“One of the most common and profound phenotypes of cancer cells is their propensity to utilize and catabolize glucose at high rates.” (Mathupala et al, 1997)
“The higher the glucose levels, the faster the tumors grew. As glucose levels fall, tumor size and growth rate falls.” (Seyfried et al., 2012)
“Hyperglycemia was also directly linked to poor prognosis in humans with malignant brain cancer.” (Seyfried et al., 2012)
Cancer cells are sugar junkies.
If those five words, strung together in that order, are a surprise to you, then you haven’t been paying much attention so far. If you’ve been keeping up with the previous posts in this series on the metabolic origins of cancer, you will have seen this coming a mile away. (Or, rather, four or five blog posts away.)
Cancer cells love glucose. They need glucose. And they do everything in their power to suck up as much of it as they possibly can, even at the expense of healthy tissue elsewhere in the body. Short of actually taking control of the motor functions of your arms and hands in order to pour you a giant bowl of sugar-frosted breakfast cereal and cram it down your throat, cancer cells do everything they can to ensure they have access to a never-ending supply of glucose.
In the past few posts, we’ve looked in detail at the main reason why cancer cells do this, and a few mechanisms for how they do it. I have been saying all along that cancer cells are wily little things, and they perform some stunningly impressive feats of metabolic Twister in order to accomplish the nefarious task of keeping themselves alive by gorging on glucose.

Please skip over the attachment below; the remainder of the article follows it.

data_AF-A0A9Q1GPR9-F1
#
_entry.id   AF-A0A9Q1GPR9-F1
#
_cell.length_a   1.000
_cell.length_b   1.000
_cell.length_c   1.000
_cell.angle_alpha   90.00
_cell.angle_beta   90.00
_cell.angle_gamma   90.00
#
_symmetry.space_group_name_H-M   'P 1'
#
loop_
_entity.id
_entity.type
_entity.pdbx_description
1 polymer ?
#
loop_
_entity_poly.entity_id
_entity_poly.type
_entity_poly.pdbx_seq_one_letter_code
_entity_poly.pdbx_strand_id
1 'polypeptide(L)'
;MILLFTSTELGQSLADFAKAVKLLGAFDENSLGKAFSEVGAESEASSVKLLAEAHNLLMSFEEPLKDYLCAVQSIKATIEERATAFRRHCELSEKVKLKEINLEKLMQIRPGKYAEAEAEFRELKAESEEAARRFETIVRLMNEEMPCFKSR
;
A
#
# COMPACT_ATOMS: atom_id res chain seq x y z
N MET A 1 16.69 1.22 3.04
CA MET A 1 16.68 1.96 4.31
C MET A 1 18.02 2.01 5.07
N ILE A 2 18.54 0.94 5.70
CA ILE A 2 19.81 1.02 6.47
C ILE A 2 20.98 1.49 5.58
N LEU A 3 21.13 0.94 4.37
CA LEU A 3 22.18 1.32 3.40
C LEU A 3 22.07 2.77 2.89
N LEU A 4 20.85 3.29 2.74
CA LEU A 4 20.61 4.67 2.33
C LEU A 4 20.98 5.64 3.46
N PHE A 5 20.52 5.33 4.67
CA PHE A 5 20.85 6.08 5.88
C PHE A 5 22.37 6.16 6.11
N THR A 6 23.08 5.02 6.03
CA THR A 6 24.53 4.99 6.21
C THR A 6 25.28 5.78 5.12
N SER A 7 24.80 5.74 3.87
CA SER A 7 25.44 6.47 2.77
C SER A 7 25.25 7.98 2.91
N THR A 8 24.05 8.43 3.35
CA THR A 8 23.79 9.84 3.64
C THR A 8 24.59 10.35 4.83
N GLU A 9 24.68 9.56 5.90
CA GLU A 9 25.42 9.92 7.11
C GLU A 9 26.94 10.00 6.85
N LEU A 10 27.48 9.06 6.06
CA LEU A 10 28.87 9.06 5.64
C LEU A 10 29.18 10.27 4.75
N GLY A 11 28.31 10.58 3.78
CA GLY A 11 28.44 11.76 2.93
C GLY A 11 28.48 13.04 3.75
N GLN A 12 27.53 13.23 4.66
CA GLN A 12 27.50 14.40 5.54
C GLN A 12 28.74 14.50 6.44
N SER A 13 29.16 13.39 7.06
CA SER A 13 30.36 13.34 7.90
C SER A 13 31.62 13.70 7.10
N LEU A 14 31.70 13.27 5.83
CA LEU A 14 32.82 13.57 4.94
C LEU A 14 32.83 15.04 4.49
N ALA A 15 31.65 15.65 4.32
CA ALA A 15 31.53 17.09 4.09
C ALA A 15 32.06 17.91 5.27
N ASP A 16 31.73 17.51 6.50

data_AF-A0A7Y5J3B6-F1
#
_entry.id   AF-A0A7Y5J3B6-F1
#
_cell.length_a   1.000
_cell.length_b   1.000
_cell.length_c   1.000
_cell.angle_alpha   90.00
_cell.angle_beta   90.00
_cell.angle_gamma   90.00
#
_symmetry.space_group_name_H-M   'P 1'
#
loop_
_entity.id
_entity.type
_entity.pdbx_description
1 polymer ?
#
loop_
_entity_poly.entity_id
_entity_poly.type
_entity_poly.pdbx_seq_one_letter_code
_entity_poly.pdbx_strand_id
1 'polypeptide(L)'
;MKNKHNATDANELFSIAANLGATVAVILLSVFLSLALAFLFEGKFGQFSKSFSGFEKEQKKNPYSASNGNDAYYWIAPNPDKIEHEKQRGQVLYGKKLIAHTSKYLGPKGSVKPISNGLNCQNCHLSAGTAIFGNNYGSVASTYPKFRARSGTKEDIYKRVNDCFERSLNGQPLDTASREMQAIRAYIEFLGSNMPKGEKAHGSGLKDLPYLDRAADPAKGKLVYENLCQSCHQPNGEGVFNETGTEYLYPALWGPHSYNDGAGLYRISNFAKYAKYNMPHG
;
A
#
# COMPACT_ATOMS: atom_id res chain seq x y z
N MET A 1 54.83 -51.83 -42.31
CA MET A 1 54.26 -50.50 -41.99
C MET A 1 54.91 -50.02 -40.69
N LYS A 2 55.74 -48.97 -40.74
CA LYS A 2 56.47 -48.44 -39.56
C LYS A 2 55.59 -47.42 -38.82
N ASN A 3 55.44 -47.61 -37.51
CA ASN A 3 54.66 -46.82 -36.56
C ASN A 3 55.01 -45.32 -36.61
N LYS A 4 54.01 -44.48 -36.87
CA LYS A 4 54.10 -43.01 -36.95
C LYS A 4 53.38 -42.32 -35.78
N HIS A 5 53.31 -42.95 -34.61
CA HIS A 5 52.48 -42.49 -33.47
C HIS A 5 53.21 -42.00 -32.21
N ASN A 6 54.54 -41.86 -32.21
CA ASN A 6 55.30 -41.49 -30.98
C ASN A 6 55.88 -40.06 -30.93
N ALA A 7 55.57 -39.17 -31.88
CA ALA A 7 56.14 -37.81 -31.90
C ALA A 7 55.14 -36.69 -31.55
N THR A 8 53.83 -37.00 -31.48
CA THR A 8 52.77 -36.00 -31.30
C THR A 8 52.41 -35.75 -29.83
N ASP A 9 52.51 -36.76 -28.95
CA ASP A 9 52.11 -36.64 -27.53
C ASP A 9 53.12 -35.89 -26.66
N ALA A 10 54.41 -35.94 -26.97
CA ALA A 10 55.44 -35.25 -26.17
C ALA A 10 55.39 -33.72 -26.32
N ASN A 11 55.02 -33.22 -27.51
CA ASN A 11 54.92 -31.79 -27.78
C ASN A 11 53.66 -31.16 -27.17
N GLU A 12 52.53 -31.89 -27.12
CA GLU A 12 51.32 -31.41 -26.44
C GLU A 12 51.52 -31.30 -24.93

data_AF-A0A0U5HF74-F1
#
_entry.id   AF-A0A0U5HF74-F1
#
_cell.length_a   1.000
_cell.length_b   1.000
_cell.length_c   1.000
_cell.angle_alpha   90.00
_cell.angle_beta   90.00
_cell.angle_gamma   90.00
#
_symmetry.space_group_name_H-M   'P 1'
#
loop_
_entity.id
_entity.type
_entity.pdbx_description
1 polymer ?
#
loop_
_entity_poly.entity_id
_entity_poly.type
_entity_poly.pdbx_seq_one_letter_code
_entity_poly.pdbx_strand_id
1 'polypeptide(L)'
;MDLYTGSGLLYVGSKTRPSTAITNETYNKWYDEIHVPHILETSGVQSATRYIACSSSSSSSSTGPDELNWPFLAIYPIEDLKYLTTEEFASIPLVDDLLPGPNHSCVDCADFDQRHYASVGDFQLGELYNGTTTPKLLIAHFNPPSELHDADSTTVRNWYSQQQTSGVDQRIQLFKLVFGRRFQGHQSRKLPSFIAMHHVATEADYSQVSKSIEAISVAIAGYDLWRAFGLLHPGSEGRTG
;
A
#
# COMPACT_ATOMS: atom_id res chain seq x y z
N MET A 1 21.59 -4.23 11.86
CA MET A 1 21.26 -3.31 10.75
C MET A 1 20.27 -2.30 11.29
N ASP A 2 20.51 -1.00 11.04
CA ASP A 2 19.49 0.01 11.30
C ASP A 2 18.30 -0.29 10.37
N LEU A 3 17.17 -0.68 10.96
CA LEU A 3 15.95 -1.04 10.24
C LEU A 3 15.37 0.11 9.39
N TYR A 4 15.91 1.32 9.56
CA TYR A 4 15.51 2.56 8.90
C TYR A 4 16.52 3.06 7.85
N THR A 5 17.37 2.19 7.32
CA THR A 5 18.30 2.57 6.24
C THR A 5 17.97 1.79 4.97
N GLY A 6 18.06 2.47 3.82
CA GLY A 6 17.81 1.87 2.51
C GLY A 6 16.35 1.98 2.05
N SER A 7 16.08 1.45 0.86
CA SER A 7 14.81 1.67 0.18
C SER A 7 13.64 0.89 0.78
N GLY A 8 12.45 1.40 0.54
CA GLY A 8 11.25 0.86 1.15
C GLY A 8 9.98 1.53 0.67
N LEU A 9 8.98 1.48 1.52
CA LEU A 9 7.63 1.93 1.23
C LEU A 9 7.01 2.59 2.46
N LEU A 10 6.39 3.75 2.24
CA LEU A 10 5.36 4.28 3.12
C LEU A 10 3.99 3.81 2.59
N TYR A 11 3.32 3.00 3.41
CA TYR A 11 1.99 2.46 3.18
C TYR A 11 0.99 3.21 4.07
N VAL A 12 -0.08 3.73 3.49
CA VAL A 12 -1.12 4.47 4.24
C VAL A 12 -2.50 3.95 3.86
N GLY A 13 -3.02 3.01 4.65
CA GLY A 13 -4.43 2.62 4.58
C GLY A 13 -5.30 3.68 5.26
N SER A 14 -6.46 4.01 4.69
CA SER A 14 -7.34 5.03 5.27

Since it’s been a while since the last post, let’s take a quick look back at what we’ve covered so far, regarding cancer cells’ dependence on glucose as their primary fuel.
Yes, that’s right, glucose is not their only fuel, just the primary fuel. Remember: cancer cells have mitochondria that are malfunctioning, reduced in number, or both. But that doesn’t mean 100% of their mitochondria are 100% useless. It just means that, compared to healthy cells, cancer cells require and metabolize more glucose, because even though some of their mitochondria can metabolize fats and ketones to some extent, relatively speaking, their mitochondrial capacity is severely compromised, and therefore, they fare much better using glucose. (Sorry if I’m stating the obvious here. I don’t want to harp on the details too much, but I do want to make sure we’re clear on what’s going on.) Cancer cells still metabolize small amounts of fats and ketones; they just don’t do it as effectively as non-cancerous cells that are replete with healthy mitochondria. (You can bet your sweet bottom we’ll come back to this when we talk about dietary strategies for managing cancer, but I wanted to make this point early on so that even here, you’ll start gaining some insight as to why ketogenic diets, by themselves, aren’t miracle cures for cancer.)
We’ve gone to great lengths to explore the structure and function of mitochondria. We’ve also covered a few different things that can cause mitochondria to malfunction. Quoting from the researchers who’ve dedicated their careers to studying cancer as a metabolic abnormality, we’ve confirmed that, indeed, cancer cells do have mitochondria that are messed up (to use the official scientific term). Even before all that, we waded through some pretty gnarly biochemical weeds to learn about how cells generate energy (ATP). Recall from a while back that we looked at two main pathways for cellular energy generation: glycolysis (which subsequently leads to fermentation), and oxidative phosphorylation (OxPhos), via the Krebs cycle and electron transport chain.